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Team Performance and Emotional Intelligence: Emotional Intelligence Training

Bill Benjamin asked:

 

Team Performance and Emotional Intelligence

“In the world today there is plenty of technology, plenty of entrepreneurs, plenty of money, plenty of entry capital. What’s in short supply is great teams.”

John Doerr, Legendary Silicon Valley Venture Capitalist

 

Teams with high levels of EQ, http://ihhp.com/what_is_eq.htm, consistently outperform those with strong IQ. Why? To a large degree, it is a result of intelligently handling ‘difficult to manage’ emotions. Emotions, not handled properly, can lead to a breakdown where the simplest tasks end up taking more energy than required, resulting in not only impaired innovation but a diminished ability to solve key business issues.

IHHP’s Emotional Intelligence programs, http://ihhp.com/index.htm, can be geared to promote team development by blending ‘activity-based’ learning with core EQ concepts to increase team performance. This is accomplished by focusing on:

Activities that challenge a participants EQ requiring them to operationalize two key EQ competencies: self-soothing and courageous conversations while solving a game-related problem

Bringing greater clarity to the blockers of team performance (such as behaviors i.e. defensive routines that keep a team from ‘knowing’ all of the important information required to make good decisions).

Courageous Conversations – exercises will be delivered with the objective of providing insight to participants around what is not being said that is acting as a barrier to building a more trusting relationship • Activities that associate behaviors with cause – without a discussion of the cause that is driving a behavior, dissecting the behavior becomes impossible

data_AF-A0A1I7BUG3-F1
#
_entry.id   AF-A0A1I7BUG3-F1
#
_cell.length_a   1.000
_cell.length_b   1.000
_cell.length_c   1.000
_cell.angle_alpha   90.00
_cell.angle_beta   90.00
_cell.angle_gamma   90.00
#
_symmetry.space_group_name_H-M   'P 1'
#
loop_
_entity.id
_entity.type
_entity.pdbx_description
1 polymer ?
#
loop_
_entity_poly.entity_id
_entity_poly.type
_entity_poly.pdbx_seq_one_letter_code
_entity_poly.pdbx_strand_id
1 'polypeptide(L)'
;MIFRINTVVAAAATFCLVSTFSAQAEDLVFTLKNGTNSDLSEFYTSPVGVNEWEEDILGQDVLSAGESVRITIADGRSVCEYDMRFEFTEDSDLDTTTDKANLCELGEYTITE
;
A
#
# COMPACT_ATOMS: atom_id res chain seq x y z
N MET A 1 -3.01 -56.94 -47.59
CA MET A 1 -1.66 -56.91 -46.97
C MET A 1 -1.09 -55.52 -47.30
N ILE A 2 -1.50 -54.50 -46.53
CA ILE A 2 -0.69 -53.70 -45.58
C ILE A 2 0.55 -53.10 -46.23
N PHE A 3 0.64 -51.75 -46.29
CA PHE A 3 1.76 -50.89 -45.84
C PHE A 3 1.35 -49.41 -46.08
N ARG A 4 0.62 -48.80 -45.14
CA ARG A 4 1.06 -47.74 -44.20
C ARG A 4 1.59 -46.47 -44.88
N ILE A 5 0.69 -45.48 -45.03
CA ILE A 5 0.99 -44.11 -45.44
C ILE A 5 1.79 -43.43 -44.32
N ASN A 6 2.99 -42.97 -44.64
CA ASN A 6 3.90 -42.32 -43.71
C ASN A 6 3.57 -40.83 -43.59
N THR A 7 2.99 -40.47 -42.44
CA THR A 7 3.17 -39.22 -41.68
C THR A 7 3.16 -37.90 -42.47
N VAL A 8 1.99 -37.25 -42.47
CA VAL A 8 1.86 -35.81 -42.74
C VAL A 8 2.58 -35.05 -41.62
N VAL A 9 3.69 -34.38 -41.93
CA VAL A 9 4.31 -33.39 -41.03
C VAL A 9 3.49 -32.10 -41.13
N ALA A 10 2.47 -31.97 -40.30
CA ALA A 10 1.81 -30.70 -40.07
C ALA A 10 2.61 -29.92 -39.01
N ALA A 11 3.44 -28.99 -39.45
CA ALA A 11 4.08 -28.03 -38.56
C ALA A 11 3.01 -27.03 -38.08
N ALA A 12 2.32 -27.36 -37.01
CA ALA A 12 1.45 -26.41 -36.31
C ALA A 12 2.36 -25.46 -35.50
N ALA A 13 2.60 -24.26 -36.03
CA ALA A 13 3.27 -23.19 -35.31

Accountability: there is an opportunity to create post-work where managers choose an accountability task so that after the program they are both:

held accountable to the task (why did they not if it was one that they chose to do?)

as well as held accountable to the way of the ‘art’ of holding someone accountable. The question is, how can the proper environment be constructed so that the work to hold individuals accountable is framed within a context of a greater ‘relationship’.

Three experiential team-based exercises that may be used within IHHP’s Emotional Intelligence for Personal Leadership, http://www.ihhp.com/personal_lead.htm program to enhance team performance are:

Tanagrams

Leveraging a very engaging and eye opening communication exercise called “Tanagrams”, the focus of this segment will be to help participants get in touch with the importance of communicating from another person’s frame of reference the foundation of Empathy. While building objects using Tanagram shapes, this dynamic exercise requires participants to coach each other from another persons frame of reference. This activity is very revealing and will foster a dialogue into the art of building “Partnerships. Tanagrams ends with group work focused on opportunities to use the learning and application in the workplace.

Crossover

We will break the group into teams of 10. Each team will have the same challenge. Their goal is to break into 2 groups of 5 and line up facing each other on the 11 provided spaces (5 on one side, 5 on the other with the 11th space in the middle) Abiding by a series of rules, each group of 5 must “cross over” to the other side. What seems easy suddenly becomes very complex, and issues of leadership, problem solving and participation/morale quickly become evident.

O Shoot

O Shoot is a dynamic team activity that will challenge the paradigms of what is possible. Broken into teams of eight to twelve, participants will work on a problem until they feel they have “done all that is possible”, only to find out that others have found ways to better their result with less effort and fewer mistakes. By the end of the exercise, all teams will have accomplished what only moments ago they would have deemed “the impossible”. The debrief will focus on the journey, exploring the emotional and intellectual barriers that were self created as well as the behaviors that enabled major breakthroughs.

 

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